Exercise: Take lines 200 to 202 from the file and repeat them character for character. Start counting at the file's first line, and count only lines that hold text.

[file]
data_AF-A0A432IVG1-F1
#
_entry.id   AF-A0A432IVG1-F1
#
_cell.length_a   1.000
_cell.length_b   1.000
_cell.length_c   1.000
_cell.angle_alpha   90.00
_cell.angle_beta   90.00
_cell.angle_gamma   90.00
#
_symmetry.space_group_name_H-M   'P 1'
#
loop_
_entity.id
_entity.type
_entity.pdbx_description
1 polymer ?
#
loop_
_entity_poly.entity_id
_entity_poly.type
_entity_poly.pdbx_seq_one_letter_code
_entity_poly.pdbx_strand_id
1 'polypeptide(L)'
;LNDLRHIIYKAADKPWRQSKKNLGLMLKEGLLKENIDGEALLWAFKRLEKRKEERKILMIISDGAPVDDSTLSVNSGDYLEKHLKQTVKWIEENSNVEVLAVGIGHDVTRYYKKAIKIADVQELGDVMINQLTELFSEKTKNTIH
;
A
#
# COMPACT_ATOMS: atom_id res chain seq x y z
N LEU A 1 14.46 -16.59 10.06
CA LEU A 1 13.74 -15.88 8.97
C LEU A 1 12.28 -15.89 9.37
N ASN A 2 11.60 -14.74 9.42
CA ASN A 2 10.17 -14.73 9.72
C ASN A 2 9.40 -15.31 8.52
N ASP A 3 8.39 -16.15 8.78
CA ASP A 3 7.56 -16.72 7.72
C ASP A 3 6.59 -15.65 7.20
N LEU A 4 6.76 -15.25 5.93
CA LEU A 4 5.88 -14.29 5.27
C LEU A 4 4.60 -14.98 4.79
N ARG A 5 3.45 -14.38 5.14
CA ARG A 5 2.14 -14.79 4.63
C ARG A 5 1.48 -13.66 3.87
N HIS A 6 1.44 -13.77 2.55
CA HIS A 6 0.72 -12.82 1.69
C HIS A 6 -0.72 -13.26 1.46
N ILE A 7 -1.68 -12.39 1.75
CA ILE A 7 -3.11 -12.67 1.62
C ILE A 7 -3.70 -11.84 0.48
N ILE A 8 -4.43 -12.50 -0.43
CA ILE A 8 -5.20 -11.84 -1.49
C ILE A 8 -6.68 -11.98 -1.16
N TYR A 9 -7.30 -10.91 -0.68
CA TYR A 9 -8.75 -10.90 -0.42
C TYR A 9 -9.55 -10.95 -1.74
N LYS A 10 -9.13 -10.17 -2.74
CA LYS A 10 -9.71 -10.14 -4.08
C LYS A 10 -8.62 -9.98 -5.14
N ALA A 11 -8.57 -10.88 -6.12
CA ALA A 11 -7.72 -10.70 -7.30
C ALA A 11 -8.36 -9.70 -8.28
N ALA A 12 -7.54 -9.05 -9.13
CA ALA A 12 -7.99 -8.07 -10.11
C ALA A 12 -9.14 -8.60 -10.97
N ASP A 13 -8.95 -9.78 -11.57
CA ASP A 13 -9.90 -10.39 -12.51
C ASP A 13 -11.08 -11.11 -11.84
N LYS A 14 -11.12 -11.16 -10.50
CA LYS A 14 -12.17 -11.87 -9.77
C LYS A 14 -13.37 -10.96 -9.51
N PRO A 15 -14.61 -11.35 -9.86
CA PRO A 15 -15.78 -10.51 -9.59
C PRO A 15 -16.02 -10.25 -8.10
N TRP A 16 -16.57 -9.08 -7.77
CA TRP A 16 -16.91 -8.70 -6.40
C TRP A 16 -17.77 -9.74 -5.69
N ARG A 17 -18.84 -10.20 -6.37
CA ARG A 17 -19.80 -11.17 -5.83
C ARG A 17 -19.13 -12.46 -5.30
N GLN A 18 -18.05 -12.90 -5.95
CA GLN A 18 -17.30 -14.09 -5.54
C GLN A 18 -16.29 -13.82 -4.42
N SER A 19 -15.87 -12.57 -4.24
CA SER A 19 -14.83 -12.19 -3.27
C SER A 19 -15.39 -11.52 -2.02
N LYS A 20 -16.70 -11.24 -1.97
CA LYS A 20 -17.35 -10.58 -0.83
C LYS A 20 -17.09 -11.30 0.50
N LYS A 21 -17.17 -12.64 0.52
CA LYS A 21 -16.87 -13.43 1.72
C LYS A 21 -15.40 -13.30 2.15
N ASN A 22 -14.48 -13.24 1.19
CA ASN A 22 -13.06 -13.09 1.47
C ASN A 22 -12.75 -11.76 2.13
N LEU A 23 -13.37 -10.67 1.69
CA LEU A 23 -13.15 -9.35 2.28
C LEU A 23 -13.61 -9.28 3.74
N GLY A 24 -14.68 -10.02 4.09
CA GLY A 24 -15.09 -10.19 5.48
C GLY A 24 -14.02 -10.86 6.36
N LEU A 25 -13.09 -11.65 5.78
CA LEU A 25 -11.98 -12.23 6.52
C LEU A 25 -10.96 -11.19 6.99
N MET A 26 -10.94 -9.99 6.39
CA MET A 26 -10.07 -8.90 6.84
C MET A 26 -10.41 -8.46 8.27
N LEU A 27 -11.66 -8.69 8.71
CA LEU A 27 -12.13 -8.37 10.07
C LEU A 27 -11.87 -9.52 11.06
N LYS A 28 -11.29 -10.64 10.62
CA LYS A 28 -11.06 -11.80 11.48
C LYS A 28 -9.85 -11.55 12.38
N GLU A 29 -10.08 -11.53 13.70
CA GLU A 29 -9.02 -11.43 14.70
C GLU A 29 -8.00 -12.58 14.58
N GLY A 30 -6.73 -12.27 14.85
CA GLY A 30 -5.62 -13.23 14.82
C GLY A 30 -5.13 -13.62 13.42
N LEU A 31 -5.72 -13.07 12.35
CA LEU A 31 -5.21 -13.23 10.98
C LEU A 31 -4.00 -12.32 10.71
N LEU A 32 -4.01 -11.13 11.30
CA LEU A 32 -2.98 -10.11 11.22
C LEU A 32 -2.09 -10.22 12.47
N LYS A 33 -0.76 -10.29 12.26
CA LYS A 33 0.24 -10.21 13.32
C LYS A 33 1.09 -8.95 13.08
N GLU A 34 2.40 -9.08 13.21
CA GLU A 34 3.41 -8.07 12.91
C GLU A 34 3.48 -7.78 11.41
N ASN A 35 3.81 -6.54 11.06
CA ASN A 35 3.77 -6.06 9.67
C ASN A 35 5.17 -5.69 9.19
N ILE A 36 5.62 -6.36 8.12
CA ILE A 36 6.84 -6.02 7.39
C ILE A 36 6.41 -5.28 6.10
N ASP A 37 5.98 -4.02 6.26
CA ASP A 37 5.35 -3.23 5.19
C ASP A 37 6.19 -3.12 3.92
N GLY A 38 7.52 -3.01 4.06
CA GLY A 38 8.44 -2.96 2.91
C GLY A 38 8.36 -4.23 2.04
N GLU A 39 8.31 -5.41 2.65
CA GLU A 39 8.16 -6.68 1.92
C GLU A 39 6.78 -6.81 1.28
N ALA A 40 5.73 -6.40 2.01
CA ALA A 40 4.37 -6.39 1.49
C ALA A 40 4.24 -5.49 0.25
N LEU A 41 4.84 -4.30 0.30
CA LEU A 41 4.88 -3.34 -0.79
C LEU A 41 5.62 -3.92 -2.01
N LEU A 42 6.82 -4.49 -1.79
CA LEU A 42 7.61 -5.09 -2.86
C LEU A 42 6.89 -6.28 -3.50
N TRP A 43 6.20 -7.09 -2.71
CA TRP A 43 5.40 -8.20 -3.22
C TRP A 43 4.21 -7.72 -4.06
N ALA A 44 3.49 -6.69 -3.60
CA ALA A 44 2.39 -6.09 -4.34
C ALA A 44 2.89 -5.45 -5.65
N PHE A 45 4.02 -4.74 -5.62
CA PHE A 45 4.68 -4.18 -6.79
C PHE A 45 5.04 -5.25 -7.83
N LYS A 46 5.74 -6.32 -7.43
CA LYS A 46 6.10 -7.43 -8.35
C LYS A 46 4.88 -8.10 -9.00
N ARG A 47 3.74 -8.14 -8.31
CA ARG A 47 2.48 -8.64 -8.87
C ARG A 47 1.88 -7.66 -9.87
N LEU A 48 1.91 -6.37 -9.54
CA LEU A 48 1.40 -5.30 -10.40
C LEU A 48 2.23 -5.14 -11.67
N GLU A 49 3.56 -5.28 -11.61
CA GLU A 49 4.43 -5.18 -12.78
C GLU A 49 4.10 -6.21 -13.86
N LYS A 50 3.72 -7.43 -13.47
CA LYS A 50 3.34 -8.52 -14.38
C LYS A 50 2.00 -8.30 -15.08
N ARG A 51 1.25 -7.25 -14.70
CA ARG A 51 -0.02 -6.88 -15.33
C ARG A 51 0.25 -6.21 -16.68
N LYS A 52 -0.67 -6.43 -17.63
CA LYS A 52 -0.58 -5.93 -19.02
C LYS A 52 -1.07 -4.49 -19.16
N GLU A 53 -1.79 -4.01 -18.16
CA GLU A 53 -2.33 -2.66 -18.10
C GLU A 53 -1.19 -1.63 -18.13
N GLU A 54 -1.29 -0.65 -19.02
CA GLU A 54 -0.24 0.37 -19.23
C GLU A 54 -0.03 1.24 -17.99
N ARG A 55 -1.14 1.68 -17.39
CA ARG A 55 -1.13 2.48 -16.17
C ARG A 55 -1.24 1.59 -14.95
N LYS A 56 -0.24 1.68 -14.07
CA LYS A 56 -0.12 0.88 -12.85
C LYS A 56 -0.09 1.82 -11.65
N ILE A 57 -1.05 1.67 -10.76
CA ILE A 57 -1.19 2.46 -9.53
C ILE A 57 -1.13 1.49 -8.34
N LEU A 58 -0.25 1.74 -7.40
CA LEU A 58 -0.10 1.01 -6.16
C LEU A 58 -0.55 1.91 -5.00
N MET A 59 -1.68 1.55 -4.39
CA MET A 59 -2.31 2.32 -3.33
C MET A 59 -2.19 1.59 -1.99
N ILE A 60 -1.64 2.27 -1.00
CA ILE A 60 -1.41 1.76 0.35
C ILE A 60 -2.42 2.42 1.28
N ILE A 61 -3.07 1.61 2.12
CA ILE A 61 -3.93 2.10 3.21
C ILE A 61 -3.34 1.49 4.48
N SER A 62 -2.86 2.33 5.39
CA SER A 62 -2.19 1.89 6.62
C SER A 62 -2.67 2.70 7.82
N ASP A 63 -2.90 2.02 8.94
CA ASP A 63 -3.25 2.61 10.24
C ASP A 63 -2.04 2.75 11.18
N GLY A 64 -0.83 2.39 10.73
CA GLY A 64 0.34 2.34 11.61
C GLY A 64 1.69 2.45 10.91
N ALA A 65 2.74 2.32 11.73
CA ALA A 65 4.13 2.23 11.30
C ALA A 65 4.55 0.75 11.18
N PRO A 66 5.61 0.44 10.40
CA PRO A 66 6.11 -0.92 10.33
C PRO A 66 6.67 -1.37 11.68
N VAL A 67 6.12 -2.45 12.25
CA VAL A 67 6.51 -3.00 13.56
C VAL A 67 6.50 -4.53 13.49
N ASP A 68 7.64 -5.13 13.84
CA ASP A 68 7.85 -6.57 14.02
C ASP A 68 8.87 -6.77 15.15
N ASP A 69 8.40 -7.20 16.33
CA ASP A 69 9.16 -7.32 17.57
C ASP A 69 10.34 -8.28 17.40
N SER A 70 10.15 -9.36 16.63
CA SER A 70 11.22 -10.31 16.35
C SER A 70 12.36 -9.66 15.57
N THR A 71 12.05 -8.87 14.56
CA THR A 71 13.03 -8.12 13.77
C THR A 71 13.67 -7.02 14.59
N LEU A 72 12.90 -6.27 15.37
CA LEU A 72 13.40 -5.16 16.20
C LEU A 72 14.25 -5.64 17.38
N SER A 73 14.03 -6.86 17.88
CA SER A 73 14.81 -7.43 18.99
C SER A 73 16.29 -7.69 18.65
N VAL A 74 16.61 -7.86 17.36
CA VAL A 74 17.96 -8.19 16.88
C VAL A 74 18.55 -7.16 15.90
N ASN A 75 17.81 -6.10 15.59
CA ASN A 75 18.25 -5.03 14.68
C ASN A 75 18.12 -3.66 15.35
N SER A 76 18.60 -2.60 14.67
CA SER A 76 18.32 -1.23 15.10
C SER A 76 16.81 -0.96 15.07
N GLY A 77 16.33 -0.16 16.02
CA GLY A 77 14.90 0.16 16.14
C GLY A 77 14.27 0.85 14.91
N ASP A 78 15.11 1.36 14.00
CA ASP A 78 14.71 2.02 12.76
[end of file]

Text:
CA ILE A 57 -1.19 2.46 -9.53
C ILE A 57 -1.13 1.49 -8.34
N LEU A 58 -0.25 1.74 -7.40